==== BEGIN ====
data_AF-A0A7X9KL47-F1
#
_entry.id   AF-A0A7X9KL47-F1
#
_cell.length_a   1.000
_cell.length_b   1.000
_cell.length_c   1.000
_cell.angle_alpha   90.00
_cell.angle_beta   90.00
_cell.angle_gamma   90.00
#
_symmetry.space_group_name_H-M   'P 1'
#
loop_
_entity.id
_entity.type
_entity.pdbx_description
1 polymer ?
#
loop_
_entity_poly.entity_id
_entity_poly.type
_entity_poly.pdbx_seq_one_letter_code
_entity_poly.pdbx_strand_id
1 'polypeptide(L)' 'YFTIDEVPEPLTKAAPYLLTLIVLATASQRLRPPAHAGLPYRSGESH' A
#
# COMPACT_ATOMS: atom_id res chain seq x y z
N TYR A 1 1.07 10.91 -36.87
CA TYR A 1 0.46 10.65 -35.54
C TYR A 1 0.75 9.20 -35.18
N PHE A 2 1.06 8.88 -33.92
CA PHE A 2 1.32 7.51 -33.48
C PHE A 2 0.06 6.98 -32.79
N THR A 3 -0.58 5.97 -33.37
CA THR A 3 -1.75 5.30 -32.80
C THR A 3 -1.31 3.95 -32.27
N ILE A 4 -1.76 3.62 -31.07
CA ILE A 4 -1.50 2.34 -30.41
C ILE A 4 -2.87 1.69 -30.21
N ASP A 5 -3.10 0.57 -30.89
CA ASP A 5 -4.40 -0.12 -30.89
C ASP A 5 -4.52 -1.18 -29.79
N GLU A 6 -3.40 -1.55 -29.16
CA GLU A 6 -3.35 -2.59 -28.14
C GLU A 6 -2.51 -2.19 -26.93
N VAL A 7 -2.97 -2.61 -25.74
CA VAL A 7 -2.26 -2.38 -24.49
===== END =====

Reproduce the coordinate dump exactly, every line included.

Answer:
data_AF-A0A7X9KL47-F1
#
_entry.id   AF-A0A7X9KL47-F1
#
_cell.length_a   1.000
_cell.length_b   1.000
_cell.length_c   1.000
_cell.angle_alpha   90.00
_cell.angle_beta   90.00
_cell.angle_gamma   90.00
#
_symmetry.space_group_name_H-M   'P 1'
#
loop_
_entity.id
_entity.type
_entity.pdbx_description
1 polymer ?
#
loop_
_entity_poly.entity_id
_entity_poly.type
_entity_poly.pdbx_seq_one_letter_code
_entity_poly.pdbx_strand_id
1 'polypeptide(L)' 'YFTIDEVPEPLTKAAPYLLTLIVLATASQRLRPPAHAGLPYRSGESH' A
#
# COMPACT_ATOMS: atom_id res chain seq x y z
N TYR A 1 1.07 10.91 -36.87
CA TYR A 1 0.46 10.65 -35.54
C TYR A 1 0.75 9.20 -35.18
N PHE A 2 1.06 8.88 -33.92
CA PHE A 2 1.32 7.51 -33.48
C PHE A 2 0.06 6.98 -32.79
N THR A 3 -0.58 5.97 -33.37
CA THR A 3 -1.75 5.30 -32.80
C THR A 3 -1.31 3.95 -32.27
N ILE A 4 -1.76 3.62 -31.07
CA ILE A 4 -1.50 2.34 -30.41
C ILE A 4 -2.87 1.69 -30.21
N ASP A 5 -3.10 0.57 -30.89
CA ASP A 5 -4.40 -0.12 -30.89
C ASP A 5 -4.52 -1.18 -29.79
N GLU A 6 -3.40 -1.55 -29.16
CA GLU A 6 -3.35 -2.59 -28.14
C GLU A 6 -2.51 -2.19 -26.93
N VAL A 7 -2.97 -2.61 -25.74
CA VAL A 7 -2.26 -2.38 -24.49